Circular diffraction pattern using matplotlib
|Original author(s)||John D. Hunter|
|Developer(s)||Michael Droettboom, et al.|
|Stable release||1.5.3 (8 September 2016[±])|
matplotlib is a plotting library for the Python programming language and its numerical mathematics extension NumPy. It provides an object-oriented API for embedding plots into applications using general-purpose GUI toolkits like wxPython, Qt, or GTK+. There is also a procedural "pylab" interface based on a state machine (like OpenGL), designed to closely resemble that of MATLAB. SciPy makes use of matplotlib.
matplotlib was originally written by John D. Hunter, has an active development community, and is distributed under a BSD-style license. Michael Droettboom was nominated as matplotlib's lead developer shortly before John Hunter's death in 2012.
As of 30 October 2015[update], matplotlib 1.5.x supports Python versions 2.7 through 3.5. Matplotlib 1.2 is the first version of matplotlib to support Python 3.x. Matplotlib 1.4 is the last version of matplotlib to support Python 2.6.
Comparison with MATLAB
The pylab interface makes matplotlib easy to learn for experienced MATLAB users, making it a viable alternative to MATLAB as a teaching tool for numerical mathematics and signal processing.
Some of the advantages of the combination of Python, NumPy, and matplotlib over MATLAB include:
- Based on Python, a full-featured modern object-oriented programming language suitable for large-scale software development
- Free, open source, no license servers
- Native SVG support
Typically pylab is imported to bring NumPy and matplotlib into a single global namespace for the most MATLAB like syntax, however a more explicit import style, which names both matplotlib and NumPy, is the preferred coding style.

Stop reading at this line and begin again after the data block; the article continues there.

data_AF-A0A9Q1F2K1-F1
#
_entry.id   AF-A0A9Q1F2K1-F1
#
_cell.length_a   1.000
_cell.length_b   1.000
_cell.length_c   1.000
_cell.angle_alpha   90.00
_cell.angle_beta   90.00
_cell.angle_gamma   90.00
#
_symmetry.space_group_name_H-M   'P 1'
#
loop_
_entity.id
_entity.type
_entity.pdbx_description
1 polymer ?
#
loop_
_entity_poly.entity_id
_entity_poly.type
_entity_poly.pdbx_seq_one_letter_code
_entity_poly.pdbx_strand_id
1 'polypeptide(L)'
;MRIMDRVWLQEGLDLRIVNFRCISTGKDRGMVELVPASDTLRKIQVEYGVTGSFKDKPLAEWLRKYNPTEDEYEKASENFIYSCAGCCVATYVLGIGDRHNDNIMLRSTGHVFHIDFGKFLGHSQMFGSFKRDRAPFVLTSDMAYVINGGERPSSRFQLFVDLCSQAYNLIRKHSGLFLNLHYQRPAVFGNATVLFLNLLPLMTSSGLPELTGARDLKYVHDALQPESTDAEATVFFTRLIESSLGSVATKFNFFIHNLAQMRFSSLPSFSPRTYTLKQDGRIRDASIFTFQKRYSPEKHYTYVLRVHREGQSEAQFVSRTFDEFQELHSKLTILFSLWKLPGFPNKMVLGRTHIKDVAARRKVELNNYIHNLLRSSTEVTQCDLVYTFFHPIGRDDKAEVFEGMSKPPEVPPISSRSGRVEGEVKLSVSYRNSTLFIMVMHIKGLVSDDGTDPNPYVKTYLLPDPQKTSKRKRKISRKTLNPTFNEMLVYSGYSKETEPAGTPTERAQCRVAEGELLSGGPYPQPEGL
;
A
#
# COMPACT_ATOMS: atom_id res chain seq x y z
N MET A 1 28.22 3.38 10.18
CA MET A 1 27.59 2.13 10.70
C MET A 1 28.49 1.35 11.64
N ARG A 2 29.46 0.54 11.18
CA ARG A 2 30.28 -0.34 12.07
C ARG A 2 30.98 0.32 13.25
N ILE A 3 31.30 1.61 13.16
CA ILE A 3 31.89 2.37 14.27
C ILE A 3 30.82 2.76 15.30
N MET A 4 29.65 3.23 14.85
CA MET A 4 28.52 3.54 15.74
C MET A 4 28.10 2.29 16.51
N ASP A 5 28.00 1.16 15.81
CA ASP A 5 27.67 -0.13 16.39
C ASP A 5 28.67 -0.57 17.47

Comparison with Gnuplot
Both gnuplot and matplotlib are mature open-source projects. They both can produce many types of different plots. While it is hard to specify a type of figure that one can do and the other can not, they still have different advantages and disadvantages:
>>> import matplotlib.pyplot as plt >>> import numpy as np >>> a = np.linspace(0,10,100) >>> b = np.exp(-a) >>> plt.plot(a,b) >>> plt.show()
>>> import matplotlib.pyplot as plt >>> from numpy.random import normal,rand >>> x = normal(size=200) >>> plt.hist(x,bins=30) >>> plt.show()
>>> import matplotlib.pyplot as plt >>> from numpy.random import rand >>> a = rand(100) >>> b = rand(100) >>> plt.scatter(a,b) >>> plt.show()
>>> from matplotlib import cm >>> from mpl_toolkits.mplot3d import Axes3D >>> import matplotlib.pyplot as plt >>> import numpy as np >>> fig = plt.figure() >>> ax = fig.gca(projection='3d') >>> X = np.arange(-5, 5, 0.25) >>> Y = np.arange(-5, 5, 0.25) >>> X, Y = np.meshgrid(X, Y) >>> R = np.sqrt(X**2 + Y**2) >>> Z = np.sin(R) >>> surf = ax.plot_surface(X, Y, Z, rstride=1, cstride=1, cmap=cm.coolwarm) >>> plt.show()
Several toolkits are available which extend matplotlib functionality. Some are separate downloads, others ship with the matplotlib source code but have external dependencies.
- Basemap: map plotting with various map projections, coastlines, and political boundaries
- Cartopy: a mapping library featuring object-oriented map projection definitions, and arbitrary point, line, polygon and image transformation capabilities. (matplotlib v1.2 and above)
- Excel tools: utilities for exchanging data with Microsoft Excel
- GTK tools: interface to the GTK+ library
- Qt interface
- Mplot3d: 3-D plots
- Natgrid: interface to the natgrid library for gridding irregularly spaced data.
- GNU Octave
- PLplot – Python bindings available
- PyCha – libcairo implementation
- PyPlotter – compatible with Jython
- SageMath – uses matplotlib to draw plots
- SciPy (modules plt and gplt)
- wxPython (module wx.lib.plot.py)
- Plotly – for interactive, online matplotlib and Python graphs
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- "PyCha". bitbucket.org.
- "PyX". pyx.sourceforge.net.
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